Hole in the boiler room wallHow To Create HTML PagesHole in the boiler room wall
Tips and tricks for encoding pages for the Web

HTML stands for HyperText Markup Language. It is the method of encoding text files which carry information and format pages seen on the World Wide Web.

HTML commands, known as <tags>, are embedded in the text of a page.

A Web browser, such as Firefox, Safari, Chrome or Internet Explorer, translates HTML-encoded pages to display informative text, graphics and links on your computer monitor. Here are some helpful tips on how to design your own cool Web pages.

You may click one of these shortcuts or scroll down the page:
| Home Page | Graphics | Photographs | Navigation | Frames | Styles | Tutorials | Colors |

What you need to get started
Creating your own Web page is not difficult. First, you add HTML <tags> to an information document, then you save the document somewhere on your computer as a plain-text file with the filename extension .html, and finally you take a peek at the document by dropping it onto a browser to see how it looks as a Web page.

Home page theme
Keep your home page interesting. Base it around a theme or story.

Small home page
Make your home page accessible to everyone by making it quick to download. Keep your images small – under 20K in filesize, if at all possible. Keep the background image simple and small. This will speed the loading of your page and help keep the text over top of the background easy to read. Even better, use a background color rather than a background image. Limit your entire home page to under 50K, if at all possible.

Premixed Colors
The words, links and backgrounds on your page can be shown in different colors. Colors are specified by a six-digit "number." For instance, the color Blue is represented by 0000FF. To make things easier, several widely-used colors have been given common names. Now, identifying a color by name is equivalent to identifying it by number. Here is a list of predefined color names with color swatches.

Should you beg, borrow or steal artwork?

It's fun to browse the Web for fresh images for your pages. A quick search will turn up a gazillion freebies in the public domain for your use. Otherwise, when using graphic-image files downloaded from the Internet, bear in mind the possible legal implications such as theft of intellectual property. U.S. and international copyright treaties allow you to download files from Web pages. Image URLs

Each graphic image on a Web page, no matter how large or small it appears, is assigned its own address (Uniform Resource Locator). To find the URL for a particular graphic . . . Transparent GIFs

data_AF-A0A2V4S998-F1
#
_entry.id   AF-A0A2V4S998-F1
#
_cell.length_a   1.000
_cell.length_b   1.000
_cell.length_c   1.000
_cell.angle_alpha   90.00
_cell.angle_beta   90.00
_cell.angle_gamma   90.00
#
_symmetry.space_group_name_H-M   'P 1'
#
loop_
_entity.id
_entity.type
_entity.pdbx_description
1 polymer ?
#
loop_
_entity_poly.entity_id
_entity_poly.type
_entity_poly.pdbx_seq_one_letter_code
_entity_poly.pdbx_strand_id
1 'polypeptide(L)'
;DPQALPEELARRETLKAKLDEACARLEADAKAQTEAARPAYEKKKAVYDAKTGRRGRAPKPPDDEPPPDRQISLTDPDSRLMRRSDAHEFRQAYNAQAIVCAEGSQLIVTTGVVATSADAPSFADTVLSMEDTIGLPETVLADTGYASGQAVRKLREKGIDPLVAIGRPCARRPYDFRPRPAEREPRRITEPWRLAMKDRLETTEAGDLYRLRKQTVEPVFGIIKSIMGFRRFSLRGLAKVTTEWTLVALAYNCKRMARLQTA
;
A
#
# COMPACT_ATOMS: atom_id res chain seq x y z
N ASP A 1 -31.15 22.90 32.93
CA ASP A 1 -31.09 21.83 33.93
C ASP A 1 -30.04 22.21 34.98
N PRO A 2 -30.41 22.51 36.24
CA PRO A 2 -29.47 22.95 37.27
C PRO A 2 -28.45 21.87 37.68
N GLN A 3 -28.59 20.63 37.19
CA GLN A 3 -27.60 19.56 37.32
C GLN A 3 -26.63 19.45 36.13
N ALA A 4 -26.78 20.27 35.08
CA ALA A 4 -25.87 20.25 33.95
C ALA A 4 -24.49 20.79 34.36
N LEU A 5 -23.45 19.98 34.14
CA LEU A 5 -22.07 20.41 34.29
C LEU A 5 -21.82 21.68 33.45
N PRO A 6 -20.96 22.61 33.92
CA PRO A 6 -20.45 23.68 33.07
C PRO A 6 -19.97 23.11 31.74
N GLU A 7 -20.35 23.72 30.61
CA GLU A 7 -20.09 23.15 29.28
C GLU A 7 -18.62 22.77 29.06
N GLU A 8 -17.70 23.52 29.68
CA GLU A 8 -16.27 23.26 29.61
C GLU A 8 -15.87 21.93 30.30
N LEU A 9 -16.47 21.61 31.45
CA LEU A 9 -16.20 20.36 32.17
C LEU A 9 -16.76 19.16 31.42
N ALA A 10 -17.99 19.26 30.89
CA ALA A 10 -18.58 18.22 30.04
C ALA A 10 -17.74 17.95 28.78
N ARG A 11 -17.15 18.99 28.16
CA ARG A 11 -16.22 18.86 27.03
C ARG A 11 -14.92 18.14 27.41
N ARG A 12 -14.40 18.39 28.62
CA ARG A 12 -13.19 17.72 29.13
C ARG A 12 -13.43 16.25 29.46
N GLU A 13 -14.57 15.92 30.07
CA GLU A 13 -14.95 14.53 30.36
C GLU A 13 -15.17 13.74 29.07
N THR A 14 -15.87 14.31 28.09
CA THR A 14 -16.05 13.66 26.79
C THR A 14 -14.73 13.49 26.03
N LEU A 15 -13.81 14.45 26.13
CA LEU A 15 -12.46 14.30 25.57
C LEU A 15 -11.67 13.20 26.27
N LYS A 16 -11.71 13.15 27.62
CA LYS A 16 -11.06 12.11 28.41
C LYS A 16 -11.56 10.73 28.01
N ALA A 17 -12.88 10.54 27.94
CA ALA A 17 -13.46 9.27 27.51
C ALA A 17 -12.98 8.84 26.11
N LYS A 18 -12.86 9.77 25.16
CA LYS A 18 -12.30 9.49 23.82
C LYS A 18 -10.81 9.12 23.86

To make an image blend into the background on a Web page, make the .GIF image file transparent. Small buttons
Keep the file size of buttons, icons and other small graphics for a Web page under 5K. That way, each graphic will load in a fraction of a second.

Small graphics
Make the file size of images small and, therefore, fast to download. Dithering system colors
Dithering means simulating colors on a computer screen by putting pixels of different colors together.

Almost all graphic images on the Web are saved as .GIF or .JPG or .PNG files. Blurry JPEGs
If a JPG graphic on a Web page looks blurry, the JPG may have been squeezed to a very low compression ratio. Reducing photographs
Photographs, which often are very large files displaying millions of colors, can be reduced without extreme loss of quality.

Simple graphic navigation bar
Here's how to design a simple graphic navigation bar (navbar) without using image maps:
  1. Make a navbar image in your favorite graphic-creation program.
  2. Use the graphic program to cut the navbar into blocks.
  3. Save each cut-apart block as a separate file.
  4. In HTML, assign each cut-apart graphic an <A HREF> link.
  5. Use the ALIGN="center" and BORDER="0" attributes in the graphic's <IMG SRC> tag.
  6. Avoid putting extra HTML tags or text between the cut-apart graphics.
  7. If your navbar uses more than one row of buttons, use the <BR> tag to separate rows.

Frames sometimes help organize a page so you can have a standard, consistent interface, but Frames take longer to load because you load separate HTML documents for each Frame and because the extra Frames take more time to draw on the screen.

Style sheets
You can use "Cascading Style Sheets" – the CSS addition to the HTML standard – to define exactly which fonts, colors, sizes and styles to use for each element in a Web page.

HTML Tutorials Online

Here are some good, free HTML tutorials on the Web:
Resources for Courses »

© 2013 Dr. Anthony Curtis, Mass Communication Dept., University of North Carolina at Pembroke    email    home page